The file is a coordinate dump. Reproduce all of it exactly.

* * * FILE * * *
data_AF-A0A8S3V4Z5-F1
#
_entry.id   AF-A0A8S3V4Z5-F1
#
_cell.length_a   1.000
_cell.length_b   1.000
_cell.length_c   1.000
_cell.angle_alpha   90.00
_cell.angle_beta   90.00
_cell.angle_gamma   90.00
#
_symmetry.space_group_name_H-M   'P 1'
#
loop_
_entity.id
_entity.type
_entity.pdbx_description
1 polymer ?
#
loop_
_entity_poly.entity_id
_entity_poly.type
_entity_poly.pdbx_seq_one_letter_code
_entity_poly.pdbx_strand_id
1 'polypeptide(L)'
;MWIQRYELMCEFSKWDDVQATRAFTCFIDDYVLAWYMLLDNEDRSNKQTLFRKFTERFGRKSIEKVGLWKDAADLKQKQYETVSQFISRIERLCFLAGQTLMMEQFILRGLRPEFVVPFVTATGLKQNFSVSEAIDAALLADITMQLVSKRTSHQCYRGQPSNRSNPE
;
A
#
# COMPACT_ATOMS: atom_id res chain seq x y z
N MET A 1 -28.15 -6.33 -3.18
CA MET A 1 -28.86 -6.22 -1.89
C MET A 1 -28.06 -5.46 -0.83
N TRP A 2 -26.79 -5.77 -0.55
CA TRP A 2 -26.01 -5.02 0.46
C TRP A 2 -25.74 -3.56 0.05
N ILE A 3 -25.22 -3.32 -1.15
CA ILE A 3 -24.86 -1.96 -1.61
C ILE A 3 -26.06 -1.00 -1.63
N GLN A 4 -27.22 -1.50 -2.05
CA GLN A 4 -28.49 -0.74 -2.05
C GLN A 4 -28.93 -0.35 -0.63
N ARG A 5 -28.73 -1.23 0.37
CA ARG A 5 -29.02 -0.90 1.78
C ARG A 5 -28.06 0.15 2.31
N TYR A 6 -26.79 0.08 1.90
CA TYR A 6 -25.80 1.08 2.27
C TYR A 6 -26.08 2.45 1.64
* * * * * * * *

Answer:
data_AF-A0A8S3V4Z5-F1
#
_entry.id   AF-A0A8S3V4Z5-F1
#
_cell.length_a   1.000
_cell.length_b   1.000
_cell.length_c   1.000
_cell.angle_alpha   90.00
_cell.angle_beta   90.00
_cell.angle_gamma   90.00
#
_symmetry.space_group_name_H-M   'P 1'
#
loop_
_entity.id
_entity.type
_entity.pdbx_description
1 polymer ?
#
loop_
_entity_poly.entity_id
_entity_poly.type
_entity_poly.pdbx_seq_one_letter_code
_entity_poly.pdbx_strand_id
1 'polypeptide(L)'
;MWIQRYELMCEFSKWDDVQATRAFTCFIDDYVLAWYMLLDNEDRSNKQTLFRKFTERFGRKSIEKVGLWKDAADLKQKQYETVSQFISRIERLCFLAGQTLMMEQFILRGLRPEFVVPFVTATGLKQNFSVSEAIDAALLADITMQLVSKRTSHQCYRGQPSNRSNPE
;
A
#
# COMPACT_ATOMS: atom_id res chain seq x y z
N MET A 1 -28.15 -6.33 -3.18
CA MET A 1 -28.86 -6.22 -1.89
C MET A 1 -28.06 -5.46 -0.83
N TRP A 2 -26.79 -5.77 -0.55
CA TRP A 2 -26.01 -5.02 0.46
C TRP A 2 -25.74 -3.56 0.05
N ILE A 3 -25.22 -3.32 -1.15
CA ILE A 3 -24.86 -1.96 -1.61
C ILE A 3 -26.06 -1.00 -1.63
N GLN A 4 -27.22 -1.50 -2.05
CA GLN A 4 -28.49 -0.74 -2.05
C GLN A 4 -28.93 -0.35 -0.63
N ARG A 5 -28.73 -1.23 0.37
CA ARG A 5 -29.02 -0.90 1.78
C ARG A 5 -28.06 0.15 2.31
N TYR A 6 -26.79 0.08 1.90
CA TYR A 6 -25.80 1.08 2.27
C TYR A 6 -26.08 2.45 1.64